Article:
November 22, 2016
The public private partnership model is increasing in popularity in waste conversion projects.
The public private partnership model allows both the public and private sectors to take some responsibilities for the risk and rewards of waste conversion projects. In the session “Sharing the Risks and Rewards—the Public Private Partnership Model,” at the Renewable Energy from Waste Conference in Long Beach, California, on Nov. 16, several businesses outlined how public private partnerships have benefited them.
“When you stand alone, you get the status quo, you may make modest improvements,” Mike Pawlowski of PHG Energy, Nashville, Tennessee, said during the panel. “But with [public private partnerships], you make incremental improvements. When you allow each to do what their best at, you succeed.”
PHG Energy worked with the city of Lebanon, Tennessee, to develop a gasification project that processes 32 tons per day—3 tons of sludge, 3 tons of tires and 26 tons of wood waste. The facility can process up to 64 tons per day.
The city of Lebanon operates the facility, Pawlowski said, and are able to plan, coordinate and finance projects. PHG Energy is the technology provider and operator. The city gets its feedstock from Rockwood, a provider of wood waste and tires who collects the materials and hauls them to the plant.
The gasification plant uses three of PHG Energy’s Organic Rankine Cycle (ORC) system to create 140 kilowatts each and the biochar can be used as a soil amendment or kiln fuel.
Montreal, Quebec-based Enerkem exemplified its public private partnership model with several projects, focusing on its Edmonton, Alberta, facility. Senior Vice President of Business Development Tim Cesarek said that the city’s implemented recycling efforts made them “complementary” to Enerkem’s biofuels production.
Edmonton has a curbside black bag/blue bag program, where residents put recyclables in blue bags or bins and other waste in black bags or bins. According to Cesarek, the city had the desire to divert waste since the early 1990s when it started composting and looking into waste-to-energy technology.
“It has been a great city to work with,” he said. “The residents are engaged in learning about the technology needed to create ethanol.”
The facility can turn 100,000 dry metric tons of municipal solid waste (MSW) into 38 million liters of ethanol per year, but it will not start producing ethanol until 2017. At the moment, it produces biomethanol.
Enerkem also announced a collaboration with the city of Rotterdam in the Netherlands, with 11 partners involved. It will be a carbon recycling facility.
Fiberight, Cantonsville, Maryland, built a relationship with the Maine Municipal Review Committee (MRC) after the committee ended a 9-year contract with Penobscot Energy Recovery Facility for a waste-to-energy facility.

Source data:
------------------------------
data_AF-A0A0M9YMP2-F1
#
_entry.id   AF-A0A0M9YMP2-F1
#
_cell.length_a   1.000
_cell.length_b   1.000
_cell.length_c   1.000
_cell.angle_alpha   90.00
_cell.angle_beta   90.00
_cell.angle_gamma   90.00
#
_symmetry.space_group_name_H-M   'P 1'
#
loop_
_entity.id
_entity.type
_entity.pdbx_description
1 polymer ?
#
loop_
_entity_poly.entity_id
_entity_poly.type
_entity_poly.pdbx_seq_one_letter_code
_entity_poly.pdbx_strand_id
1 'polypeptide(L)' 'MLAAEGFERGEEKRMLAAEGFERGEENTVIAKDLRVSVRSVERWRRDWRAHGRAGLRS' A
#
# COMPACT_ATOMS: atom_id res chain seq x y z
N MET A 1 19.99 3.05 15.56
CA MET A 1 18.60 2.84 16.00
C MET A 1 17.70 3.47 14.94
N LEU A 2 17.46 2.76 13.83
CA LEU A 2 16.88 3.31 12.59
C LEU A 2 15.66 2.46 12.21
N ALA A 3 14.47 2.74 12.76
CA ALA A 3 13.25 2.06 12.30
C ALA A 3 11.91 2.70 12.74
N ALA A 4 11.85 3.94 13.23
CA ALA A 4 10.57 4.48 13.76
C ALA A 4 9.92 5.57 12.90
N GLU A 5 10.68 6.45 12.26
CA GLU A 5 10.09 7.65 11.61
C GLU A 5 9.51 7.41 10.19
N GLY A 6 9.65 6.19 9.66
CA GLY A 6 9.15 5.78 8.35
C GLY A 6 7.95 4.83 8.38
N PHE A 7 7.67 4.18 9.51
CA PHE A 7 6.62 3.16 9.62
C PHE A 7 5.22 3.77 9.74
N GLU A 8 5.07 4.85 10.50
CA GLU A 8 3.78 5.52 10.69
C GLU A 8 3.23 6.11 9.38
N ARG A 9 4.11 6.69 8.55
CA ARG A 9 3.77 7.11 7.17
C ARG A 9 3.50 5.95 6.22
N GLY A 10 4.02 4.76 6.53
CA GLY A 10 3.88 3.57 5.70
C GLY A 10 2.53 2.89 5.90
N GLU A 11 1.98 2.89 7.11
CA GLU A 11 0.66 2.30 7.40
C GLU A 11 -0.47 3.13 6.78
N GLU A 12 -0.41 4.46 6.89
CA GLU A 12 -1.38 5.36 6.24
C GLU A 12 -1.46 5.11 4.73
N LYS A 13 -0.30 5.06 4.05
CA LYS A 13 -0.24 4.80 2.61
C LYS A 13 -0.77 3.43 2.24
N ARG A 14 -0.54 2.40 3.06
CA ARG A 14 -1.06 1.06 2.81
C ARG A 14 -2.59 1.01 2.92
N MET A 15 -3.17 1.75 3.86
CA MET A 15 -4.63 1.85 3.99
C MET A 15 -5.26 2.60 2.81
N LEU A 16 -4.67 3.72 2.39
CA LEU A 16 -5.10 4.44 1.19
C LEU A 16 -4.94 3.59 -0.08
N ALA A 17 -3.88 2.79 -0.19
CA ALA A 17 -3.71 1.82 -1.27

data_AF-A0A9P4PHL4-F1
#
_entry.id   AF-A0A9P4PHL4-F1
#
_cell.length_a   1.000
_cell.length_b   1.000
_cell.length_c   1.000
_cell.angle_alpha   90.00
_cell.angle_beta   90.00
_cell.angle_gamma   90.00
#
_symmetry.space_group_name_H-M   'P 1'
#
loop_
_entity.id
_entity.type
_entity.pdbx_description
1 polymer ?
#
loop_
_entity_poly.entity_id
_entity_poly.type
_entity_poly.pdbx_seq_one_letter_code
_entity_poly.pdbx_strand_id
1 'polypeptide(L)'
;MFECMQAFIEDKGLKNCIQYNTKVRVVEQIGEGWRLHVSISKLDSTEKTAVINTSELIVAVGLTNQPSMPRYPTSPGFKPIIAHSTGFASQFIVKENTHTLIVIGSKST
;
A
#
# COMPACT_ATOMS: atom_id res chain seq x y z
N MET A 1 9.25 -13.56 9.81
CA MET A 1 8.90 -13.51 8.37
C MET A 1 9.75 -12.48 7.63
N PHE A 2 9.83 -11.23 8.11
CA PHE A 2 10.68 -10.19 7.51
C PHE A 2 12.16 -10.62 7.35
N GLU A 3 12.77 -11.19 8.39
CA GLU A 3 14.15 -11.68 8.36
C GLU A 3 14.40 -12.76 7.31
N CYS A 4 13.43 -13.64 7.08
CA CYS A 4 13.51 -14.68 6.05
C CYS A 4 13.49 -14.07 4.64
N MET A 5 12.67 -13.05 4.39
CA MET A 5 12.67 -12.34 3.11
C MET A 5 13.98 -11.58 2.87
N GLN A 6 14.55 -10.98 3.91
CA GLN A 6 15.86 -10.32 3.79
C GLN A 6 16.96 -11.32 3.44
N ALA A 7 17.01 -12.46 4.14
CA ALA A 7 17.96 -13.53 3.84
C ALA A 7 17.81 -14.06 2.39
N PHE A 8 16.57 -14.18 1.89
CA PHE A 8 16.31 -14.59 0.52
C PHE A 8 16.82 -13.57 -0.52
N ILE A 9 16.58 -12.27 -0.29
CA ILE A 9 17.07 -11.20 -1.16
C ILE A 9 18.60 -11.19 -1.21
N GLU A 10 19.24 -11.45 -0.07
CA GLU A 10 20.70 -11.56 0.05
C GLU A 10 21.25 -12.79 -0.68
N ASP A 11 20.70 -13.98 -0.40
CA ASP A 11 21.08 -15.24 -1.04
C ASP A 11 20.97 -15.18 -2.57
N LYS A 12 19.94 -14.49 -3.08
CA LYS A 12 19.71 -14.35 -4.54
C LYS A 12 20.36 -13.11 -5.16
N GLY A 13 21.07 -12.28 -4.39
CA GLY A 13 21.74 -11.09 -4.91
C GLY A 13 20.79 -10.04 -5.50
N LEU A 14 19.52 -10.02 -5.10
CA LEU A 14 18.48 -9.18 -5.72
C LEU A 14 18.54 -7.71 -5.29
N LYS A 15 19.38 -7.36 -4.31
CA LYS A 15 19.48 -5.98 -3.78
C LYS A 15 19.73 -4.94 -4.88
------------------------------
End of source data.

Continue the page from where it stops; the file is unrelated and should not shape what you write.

The committee represents 187 communities in Maine and wanted a waste-to-energy facility in Hampden, Maine, to turns those communities’ municipal waste into sugars and biofuels. While the committee didn’t want to use municipal funds for the project, they called for something “future proof,” a project that could be profitable years down the road. In return, Fiberight called for enough tip fee revenue to cover debts, services and operating costs.
“We needed to incorporate risk-sharing in things like change of law,” Cesarek said.
Fiberight built and operates the facility, markets all the recovered materials and handles the disposal of the materials while the MRC committee guarantee tonnages and tip fees, manage logistics and engages the community in outreach and education.
Construction on the project started in October 2016.
P. John Ruth Jr., founder and managing partner of Hanover, New Hampshire-based CTBH Partners LLC, lent his advice on how the public and private sectors can finance these projects. Government incentives, he said, include grants, tax increment financing and exemptions, offtake and/or feedstock agreements, special property tax assessments and tax credits.
In this session, Ruth focused on private activity bonds (PABs)—a tax-exempt bond issued by local or state governments for providing special finance benefits for projects, including solid waste and recycling facilities, airports, docks and wharves and sewage treatments.
Each state has a limited capacity of private activity bonds they can issue, Ruth said, and any funds that are left over from the PAB issuance can be carried over for three years, as long as the state “blesses your project.”
PABs provide an alternate financing source for a public private partnership that otherwise may not be available, allowing public private partnerships that would be pushed the wayside to get a chance.
The Renewable Energy from Waste Conference took place Nov. 14-16 at the Westin Long Beach in Long Beach, California.